I'm pretty sure that I have said this before, but I don't always believe Walter. He claims to have worked with Nixon and that Nixon's wife came on to him, but I think Walter just has a case of a superiority complex. The rooftop chase, in this episode, really reminds me of Smith from "In Which We Meet Mr. Jones" (1.07), who ran across a rooftop and jumped off, only to be shot dead when he pulled his weapon out (which was most likely done intentionally; he knew better than that). In this episode, we also really get a good glimpse of the new Fringe Headquarters, which more closely resembles what it looks like on the Other Side, which is why I don't think that what we see in "The Road Not Taken" (1.19) is a continuity error; I think that Fringe Division "over there" simply didn't have the funding that it does now (even though that doesn't explain the Cortexiphan continuity error). Also, if we are to believe Walter when he says that the reason that Simon can't hear Olivia is that she is a Cortexiphan subject like he is, then we now know that Peter definitely wasn't given Cortexiphan, since Simon
can anddoes hear him. "He still has feelings for her." I wonder if Simon knew who "her" was, because if so, then surely, he knows about the other universe. That's definitely worth thinking about.

I can't remember who pointed this out; I think that it was probably someone on Tumblr, but someone pointed out that every twelfth episode so far has dealt with some sort of virus, and that's true. Additionally (this I actually noticed myself), both episode 2.12 and episode 3.12 involve characters wearing their orange hazmat suits because of the virus. Episode 1.12 ("The No-Brainer") involves the computer virus, episode 2.12 ("What Lies Below") involves the previously dormant virus unleashed inside an office building, and this episode involves one that causes bones to deconstruct. We haven't really seen a whole lot of Broyles recently, and that is incredibly disappointing, because after he lies his alter-self to rest in "Entrada" (3.08), I was expecting a great deal of development from him, which hasn't been provided, but he does, once again, come in contact with Agent Edwards, who, at the end of "Earthling" (2.06), tells him to stay away. INtREPUS is also in this episode, which is where the first victim, Warren Blake, worked, something that I didn't catch until the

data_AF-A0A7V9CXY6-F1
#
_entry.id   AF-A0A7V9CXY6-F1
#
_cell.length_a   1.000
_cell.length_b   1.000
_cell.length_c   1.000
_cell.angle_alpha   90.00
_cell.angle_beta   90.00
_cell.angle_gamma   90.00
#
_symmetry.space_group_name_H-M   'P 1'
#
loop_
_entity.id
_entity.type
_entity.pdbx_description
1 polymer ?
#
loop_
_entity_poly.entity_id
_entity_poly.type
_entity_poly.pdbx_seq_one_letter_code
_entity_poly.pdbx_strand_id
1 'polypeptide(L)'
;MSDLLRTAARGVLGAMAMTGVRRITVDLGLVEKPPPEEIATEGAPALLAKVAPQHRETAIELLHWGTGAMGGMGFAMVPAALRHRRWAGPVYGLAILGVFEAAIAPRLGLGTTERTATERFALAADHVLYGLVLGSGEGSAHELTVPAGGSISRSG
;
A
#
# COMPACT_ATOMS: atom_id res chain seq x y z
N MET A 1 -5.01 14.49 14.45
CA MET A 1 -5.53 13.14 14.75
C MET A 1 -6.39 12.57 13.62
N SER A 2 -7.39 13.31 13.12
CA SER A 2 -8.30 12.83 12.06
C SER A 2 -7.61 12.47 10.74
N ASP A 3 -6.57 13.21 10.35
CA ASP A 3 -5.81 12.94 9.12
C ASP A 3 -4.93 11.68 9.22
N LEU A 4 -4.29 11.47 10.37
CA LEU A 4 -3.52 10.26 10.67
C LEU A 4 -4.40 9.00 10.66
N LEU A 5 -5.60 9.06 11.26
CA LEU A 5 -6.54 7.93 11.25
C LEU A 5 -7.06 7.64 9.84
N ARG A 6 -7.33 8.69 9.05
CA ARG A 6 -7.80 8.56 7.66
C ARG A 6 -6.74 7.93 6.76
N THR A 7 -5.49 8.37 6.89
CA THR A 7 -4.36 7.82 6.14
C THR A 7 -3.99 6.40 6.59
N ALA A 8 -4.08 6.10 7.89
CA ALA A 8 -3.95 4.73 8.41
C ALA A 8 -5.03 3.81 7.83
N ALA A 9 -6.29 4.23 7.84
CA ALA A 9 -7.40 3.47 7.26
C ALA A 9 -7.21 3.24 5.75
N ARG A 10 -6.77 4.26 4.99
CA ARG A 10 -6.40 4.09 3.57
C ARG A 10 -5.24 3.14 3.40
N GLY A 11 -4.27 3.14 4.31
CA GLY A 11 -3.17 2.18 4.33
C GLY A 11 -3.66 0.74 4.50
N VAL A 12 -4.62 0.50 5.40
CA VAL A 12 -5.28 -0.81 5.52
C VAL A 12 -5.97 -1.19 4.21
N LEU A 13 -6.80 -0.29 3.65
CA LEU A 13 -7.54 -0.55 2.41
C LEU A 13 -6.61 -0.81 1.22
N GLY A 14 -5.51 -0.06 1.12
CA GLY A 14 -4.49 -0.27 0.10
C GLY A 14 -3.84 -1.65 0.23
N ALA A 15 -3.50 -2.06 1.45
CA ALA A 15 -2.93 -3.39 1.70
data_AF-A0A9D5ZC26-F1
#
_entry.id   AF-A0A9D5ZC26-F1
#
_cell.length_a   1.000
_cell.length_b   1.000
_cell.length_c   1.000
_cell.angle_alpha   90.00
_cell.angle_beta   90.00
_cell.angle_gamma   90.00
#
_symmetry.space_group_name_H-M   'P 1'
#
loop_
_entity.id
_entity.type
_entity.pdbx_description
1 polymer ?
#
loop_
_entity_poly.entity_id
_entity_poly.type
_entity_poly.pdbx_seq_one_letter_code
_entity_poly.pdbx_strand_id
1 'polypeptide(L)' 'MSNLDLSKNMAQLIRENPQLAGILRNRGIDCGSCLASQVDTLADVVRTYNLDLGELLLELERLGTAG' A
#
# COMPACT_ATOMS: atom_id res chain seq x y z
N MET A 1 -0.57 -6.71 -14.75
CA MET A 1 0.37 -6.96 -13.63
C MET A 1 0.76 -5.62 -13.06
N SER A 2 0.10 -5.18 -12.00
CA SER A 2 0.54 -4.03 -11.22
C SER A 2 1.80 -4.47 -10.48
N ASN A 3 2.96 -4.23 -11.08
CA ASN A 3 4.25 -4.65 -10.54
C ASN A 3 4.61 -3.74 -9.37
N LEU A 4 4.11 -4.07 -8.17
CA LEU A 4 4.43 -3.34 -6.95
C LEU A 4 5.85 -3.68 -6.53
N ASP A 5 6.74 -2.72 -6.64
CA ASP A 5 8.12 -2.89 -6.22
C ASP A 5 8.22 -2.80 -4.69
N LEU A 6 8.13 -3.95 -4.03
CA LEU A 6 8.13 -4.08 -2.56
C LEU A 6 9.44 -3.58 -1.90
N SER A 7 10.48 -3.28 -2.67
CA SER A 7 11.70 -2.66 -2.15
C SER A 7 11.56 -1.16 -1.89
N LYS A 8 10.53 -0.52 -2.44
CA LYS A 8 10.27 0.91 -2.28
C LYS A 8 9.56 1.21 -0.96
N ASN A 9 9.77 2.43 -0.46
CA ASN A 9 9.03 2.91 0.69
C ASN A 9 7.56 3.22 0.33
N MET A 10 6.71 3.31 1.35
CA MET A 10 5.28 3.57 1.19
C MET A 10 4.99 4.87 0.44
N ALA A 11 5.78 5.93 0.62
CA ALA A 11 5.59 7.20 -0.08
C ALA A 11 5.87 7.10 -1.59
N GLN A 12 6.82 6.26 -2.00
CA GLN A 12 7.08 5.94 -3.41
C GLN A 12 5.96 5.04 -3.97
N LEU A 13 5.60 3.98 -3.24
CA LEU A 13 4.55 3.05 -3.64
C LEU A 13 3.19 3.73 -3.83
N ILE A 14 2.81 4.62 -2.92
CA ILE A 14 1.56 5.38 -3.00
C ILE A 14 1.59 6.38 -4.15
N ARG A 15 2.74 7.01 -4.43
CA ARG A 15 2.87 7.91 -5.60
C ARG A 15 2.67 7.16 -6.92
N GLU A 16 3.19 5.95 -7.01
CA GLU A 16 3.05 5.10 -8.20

Fringe Podcast pointed it out. (It should also be pointed out that he was using an 8-ball, which Ella gives to Olivia in episode 1.11, "Bound.") This episode really comes off as a hybrid between True Blood (with Simon seeming to have the exact same ability as Sookie) and Alias(with Olivia going undercover at a fancy party), and I really appreciate the episode, even though I seem to be a minority in that opinion.